Law professor provides inside look at Ukraine’s reparations efforts

Law professor Chiara Giorgetti is part of a team of experts advising Ukraine on reparations and other claims following the Russian invasion of that country. She is one of five senior fellows named to the working project, created at the request of Ukrainian President Volodymyr Zelenskyy and based at Columbia University.

“Professor Giorgetti is one the leading experts on claims commissions, and her work on the Ukraine project is incredibly important,” said Wendy Perdue, dean of the University of Richmond School of Law. “Her research, scholarship, and teaching provide critical insight into this issue.”

Giorgetti recently explained how the work of the International Claims and Reparations Project contributes to the peaceful settlement of disputes.

How do you establish a framework for reparations before the conflict is over?

In international law, it’s very clear when there is a violation that there is an obligation by the state that violated the law to provide reparations, which can take different forms. There can be monetary compensation for the damage that was suffered or restitution, for example, to restore the situation that existed before. When a historical monument is stolen, for example, then it must be given back. 

We are in a situation where Russia has violated international law, and that violation has caused a lot of damages. Under international law, what is the best way to ensure reparation? In this case we want compensation.

Is there a precedent for this?

There are many historical examples, many before World War I. But after World War II, there were also several interesting examples that we examined.

The United Nations Compensation Commission (UNCC) was created by the Security Council to provide compensation for companies, individuals, and states that suffered as a consequence of Iraq’s invasion of Kuwait. Some of the situations are similar, in that when Iraq invaded Kuwait, a lot of people had to flee. A lot of Ukrainians had to leave their place of residence. With these similarities, how can you ensure compensation for those individuals?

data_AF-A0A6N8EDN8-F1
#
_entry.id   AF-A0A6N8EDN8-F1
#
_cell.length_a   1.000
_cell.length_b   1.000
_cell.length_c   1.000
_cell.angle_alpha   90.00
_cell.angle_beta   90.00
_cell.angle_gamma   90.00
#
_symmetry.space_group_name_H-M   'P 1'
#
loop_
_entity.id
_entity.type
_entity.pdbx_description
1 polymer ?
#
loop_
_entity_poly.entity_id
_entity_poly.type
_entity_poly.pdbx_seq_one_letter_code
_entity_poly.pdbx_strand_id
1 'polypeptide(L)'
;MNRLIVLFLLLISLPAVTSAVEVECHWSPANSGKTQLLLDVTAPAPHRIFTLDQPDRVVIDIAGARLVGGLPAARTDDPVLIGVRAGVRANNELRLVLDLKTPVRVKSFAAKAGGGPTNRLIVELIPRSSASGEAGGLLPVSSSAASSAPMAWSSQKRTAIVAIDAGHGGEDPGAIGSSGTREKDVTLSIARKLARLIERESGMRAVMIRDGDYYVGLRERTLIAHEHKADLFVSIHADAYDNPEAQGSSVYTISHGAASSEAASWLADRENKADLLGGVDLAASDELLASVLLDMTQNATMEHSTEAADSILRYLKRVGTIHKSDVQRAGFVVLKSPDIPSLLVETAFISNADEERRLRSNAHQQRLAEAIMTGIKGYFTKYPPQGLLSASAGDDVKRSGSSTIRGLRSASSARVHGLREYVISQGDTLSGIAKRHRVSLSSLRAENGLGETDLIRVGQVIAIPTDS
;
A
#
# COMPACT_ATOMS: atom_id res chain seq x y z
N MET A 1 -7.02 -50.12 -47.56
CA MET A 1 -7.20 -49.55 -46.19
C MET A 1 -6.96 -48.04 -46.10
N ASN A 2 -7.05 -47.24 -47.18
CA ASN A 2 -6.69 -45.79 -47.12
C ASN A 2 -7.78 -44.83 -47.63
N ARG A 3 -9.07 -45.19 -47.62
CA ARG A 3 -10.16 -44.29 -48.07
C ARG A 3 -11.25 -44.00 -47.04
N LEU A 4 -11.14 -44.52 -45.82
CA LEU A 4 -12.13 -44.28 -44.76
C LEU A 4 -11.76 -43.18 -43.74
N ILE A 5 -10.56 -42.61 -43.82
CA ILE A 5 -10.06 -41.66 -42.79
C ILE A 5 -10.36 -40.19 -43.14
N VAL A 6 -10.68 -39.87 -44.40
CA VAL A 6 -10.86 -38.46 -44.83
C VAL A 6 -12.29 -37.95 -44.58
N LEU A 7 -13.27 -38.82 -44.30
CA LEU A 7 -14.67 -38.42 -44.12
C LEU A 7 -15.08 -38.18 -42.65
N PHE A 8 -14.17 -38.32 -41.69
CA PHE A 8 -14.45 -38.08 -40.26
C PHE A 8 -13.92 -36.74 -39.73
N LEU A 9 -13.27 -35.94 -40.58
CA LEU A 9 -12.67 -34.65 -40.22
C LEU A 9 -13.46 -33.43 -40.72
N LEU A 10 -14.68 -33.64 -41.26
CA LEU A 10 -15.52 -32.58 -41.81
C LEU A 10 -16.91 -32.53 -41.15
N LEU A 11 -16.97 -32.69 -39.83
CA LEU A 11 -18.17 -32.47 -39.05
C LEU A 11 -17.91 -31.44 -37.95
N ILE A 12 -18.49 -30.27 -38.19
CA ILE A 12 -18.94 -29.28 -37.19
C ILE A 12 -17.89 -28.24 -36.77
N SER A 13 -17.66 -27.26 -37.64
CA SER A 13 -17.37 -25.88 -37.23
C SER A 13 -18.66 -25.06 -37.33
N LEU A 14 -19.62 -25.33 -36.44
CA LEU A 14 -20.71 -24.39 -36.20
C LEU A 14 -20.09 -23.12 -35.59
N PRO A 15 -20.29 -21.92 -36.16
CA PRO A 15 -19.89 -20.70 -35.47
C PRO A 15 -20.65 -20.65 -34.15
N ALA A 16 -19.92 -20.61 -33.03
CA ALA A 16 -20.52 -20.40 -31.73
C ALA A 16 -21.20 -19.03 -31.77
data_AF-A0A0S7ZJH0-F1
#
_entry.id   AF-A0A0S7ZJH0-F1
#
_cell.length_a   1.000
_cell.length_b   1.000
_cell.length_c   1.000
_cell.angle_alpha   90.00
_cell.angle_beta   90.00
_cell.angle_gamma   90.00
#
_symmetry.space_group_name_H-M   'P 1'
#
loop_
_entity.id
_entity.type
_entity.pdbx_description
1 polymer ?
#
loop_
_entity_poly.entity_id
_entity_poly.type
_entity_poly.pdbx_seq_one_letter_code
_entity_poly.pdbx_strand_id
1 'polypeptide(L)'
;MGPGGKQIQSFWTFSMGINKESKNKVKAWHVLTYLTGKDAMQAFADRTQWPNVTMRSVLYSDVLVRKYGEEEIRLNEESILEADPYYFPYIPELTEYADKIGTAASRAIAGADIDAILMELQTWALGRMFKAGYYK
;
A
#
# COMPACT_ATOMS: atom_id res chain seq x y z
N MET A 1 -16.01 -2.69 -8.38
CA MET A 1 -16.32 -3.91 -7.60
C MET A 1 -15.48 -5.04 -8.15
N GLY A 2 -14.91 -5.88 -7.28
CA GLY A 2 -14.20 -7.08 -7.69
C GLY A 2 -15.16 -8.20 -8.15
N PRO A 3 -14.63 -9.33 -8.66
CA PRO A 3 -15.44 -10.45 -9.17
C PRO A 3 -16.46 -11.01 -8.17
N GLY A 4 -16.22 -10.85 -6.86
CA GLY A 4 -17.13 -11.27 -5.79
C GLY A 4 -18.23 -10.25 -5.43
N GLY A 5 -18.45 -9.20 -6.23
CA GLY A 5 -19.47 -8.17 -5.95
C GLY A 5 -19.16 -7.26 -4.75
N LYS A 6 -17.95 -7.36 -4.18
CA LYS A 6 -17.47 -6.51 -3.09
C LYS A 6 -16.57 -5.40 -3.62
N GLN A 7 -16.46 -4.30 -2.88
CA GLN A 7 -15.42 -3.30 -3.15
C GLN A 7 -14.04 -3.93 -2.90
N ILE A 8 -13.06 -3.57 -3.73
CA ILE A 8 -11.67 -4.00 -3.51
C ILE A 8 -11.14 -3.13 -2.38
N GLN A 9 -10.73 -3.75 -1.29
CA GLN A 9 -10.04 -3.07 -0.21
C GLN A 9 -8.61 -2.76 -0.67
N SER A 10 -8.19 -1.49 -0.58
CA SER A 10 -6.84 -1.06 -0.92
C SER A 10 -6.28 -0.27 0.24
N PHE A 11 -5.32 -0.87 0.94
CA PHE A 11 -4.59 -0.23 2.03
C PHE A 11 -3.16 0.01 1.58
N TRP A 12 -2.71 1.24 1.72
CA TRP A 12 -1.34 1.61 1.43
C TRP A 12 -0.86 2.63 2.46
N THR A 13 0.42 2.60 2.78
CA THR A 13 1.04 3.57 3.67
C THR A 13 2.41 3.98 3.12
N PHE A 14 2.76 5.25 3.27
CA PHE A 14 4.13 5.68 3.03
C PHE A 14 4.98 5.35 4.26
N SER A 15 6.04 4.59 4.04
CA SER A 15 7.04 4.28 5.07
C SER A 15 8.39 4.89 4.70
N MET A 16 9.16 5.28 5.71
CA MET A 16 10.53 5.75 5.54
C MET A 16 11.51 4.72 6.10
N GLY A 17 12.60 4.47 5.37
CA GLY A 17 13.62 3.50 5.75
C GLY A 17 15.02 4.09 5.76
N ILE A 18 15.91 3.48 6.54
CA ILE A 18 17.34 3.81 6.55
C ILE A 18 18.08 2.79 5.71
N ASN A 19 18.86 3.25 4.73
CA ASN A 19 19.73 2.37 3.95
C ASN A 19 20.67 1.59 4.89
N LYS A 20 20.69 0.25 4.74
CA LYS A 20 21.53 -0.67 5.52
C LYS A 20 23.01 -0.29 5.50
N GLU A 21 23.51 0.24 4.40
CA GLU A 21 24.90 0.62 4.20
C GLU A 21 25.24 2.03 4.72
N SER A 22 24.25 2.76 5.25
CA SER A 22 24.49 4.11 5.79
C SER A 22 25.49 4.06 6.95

We know the damages have occurred already, and we know that people are owed compensation, so there’s really no need to wait. But, it’s much better to try to collect the evidence as soon as possible. In a state of war it becomes more difficult to maintain the evidence collection as the conflict continues. So, it’s important to collect the evidence now to ensure that we have proof of what has happened and what the claims are.

How did you get involved?

I’ve worked on the claims commission for a long time, including on UNCC claims. Then I joined a firm that represented Iraq in the Claims Commission. I also represented Eritrea in the Eritrea-Ethiopia Claims Commission. So, I have a lot of expertise in this area, which is unique because it’s kind of a niche issue.

When Russia invaded Ukraine, a lot of international lawyers felt the need to do something, because it was such an egregious violation of international law. And we all thought: ‘What can we do to help and put our expertise to use to ensure that this doesn’t happen again — or that it stopped as soon as possible?’ It was mostly discussions that occurred among a small group of people, and then President Zelenskyy appointed me to this group of experts, all with expertise in claims commissions.

Why is this work important to you?

When you think about international law, the work is important because it’s something that can be used to provide real benefits. I find the issue of compensation an important one because it provides direct remedies to violations of public international law. It’s not just theoretical, but it is very real and impactful.

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